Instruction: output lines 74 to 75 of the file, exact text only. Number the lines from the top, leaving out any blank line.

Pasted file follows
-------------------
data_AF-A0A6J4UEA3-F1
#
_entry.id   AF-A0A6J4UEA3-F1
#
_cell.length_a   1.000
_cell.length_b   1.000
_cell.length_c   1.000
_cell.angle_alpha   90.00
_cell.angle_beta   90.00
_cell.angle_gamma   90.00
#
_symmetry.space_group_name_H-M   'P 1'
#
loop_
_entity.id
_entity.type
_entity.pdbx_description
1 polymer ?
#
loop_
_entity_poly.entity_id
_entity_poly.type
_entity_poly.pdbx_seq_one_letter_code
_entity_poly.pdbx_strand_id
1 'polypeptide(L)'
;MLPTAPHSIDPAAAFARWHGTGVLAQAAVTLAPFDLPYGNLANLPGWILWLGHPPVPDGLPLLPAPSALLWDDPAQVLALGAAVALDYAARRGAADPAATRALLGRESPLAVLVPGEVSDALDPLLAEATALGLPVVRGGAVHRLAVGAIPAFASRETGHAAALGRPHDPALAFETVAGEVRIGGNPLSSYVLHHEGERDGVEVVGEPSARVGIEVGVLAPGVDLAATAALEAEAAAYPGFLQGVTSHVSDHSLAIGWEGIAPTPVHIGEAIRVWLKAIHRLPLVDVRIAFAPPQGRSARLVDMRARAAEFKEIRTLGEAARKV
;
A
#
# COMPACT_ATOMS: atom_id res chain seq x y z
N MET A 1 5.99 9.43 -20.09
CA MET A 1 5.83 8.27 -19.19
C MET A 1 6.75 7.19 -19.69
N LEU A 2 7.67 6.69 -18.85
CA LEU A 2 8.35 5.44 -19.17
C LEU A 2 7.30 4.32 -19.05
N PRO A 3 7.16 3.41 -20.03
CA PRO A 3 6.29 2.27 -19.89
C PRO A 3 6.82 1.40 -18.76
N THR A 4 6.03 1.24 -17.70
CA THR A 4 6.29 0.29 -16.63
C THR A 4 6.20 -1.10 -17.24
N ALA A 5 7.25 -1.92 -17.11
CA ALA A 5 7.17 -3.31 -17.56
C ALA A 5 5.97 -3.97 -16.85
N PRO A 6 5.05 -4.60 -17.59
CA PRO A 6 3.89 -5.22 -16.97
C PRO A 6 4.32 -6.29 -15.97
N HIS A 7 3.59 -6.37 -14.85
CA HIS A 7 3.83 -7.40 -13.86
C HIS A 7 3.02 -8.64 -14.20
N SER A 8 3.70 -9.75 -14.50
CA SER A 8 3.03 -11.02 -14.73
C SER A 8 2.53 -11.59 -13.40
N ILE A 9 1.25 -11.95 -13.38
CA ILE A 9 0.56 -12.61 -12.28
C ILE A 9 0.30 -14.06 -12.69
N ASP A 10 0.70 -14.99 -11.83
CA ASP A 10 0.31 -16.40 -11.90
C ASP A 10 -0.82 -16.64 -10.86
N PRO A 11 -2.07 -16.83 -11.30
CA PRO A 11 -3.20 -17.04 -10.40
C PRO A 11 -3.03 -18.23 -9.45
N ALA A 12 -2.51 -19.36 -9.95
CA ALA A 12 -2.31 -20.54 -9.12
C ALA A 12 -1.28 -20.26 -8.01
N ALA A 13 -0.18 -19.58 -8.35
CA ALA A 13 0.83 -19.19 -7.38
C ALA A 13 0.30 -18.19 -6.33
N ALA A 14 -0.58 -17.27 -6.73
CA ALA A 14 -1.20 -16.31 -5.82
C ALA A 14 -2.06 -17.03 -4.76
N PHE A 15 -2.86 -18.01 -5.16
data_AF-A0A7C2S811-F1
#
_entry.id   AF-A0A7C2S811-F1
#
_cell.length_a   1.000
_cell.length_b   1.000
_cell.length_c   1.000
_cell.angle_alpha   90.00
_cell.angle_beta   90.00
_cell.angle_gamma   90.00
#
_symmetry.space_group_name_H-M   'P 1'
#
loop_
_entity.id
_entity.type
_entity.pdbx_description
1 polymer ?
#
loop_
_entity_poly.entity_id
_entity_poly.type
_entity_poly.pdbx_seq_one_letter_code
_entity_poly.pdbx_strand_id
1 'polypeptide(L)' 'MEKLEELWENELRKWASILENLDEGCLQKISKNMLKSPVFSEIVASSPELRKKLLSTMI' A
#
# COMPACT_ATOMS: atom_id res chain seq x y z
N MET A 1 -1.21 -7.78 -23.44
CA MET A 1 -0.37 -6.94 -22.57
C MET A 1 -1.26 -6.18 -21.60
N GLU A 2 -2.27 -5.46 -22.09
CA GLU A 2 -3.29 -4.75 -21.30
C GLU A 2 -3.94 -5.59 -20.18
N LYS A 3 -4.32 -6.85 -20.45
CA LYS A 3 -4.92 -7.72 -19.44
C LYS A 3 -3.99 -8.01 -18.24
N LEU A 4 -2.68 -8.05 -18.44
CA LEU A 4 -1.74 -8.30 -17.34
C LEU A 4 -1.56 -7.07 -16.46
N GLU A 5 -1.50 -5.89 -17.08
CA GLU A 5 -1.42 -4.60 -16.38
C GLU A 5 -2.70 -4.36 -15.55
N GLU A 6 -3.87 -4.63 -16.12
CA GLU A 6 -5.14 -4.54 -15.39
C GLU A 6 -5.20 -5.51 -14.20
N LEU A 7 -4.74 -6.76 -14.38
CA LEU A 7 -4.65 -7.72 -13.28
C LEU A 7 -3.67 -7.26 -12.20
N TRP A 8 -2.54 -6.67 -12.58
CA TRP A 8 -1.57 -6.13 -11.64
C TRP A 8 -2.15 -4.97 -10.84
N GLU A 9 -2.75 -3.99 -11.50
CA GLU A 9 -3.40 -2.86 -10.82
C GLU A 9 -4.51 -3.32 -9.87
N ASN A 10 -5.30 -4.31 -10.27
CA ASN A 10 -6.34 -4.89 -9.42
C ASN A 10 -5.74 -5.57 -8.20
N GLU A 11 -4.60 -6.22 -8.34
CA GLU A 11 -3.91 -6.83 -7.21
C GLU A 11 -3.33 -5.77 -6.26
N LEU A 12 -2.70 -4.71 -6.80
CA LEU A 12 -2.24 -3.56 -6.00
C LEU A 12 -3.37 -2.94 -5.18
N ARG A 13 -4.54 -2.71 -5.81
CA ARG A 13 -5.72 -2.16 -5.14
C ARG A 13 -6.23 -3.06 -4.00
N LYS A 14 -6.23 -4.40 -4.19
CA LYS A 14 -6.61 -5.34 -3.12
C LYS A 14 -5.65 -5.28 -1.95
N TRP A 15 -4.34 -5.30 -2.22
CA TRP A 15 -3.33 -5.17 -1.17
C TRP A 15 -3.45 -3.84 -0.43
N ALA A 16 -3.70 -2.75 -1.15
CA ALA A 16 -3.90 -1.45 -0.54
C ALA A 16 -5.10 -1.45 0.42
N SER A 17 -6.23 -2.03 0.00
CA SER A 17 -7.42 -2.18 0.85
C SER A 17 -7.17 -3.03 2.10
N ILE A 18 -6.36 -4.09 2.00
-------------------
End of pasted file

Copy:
data_AF-A0A7C2S811-F1
#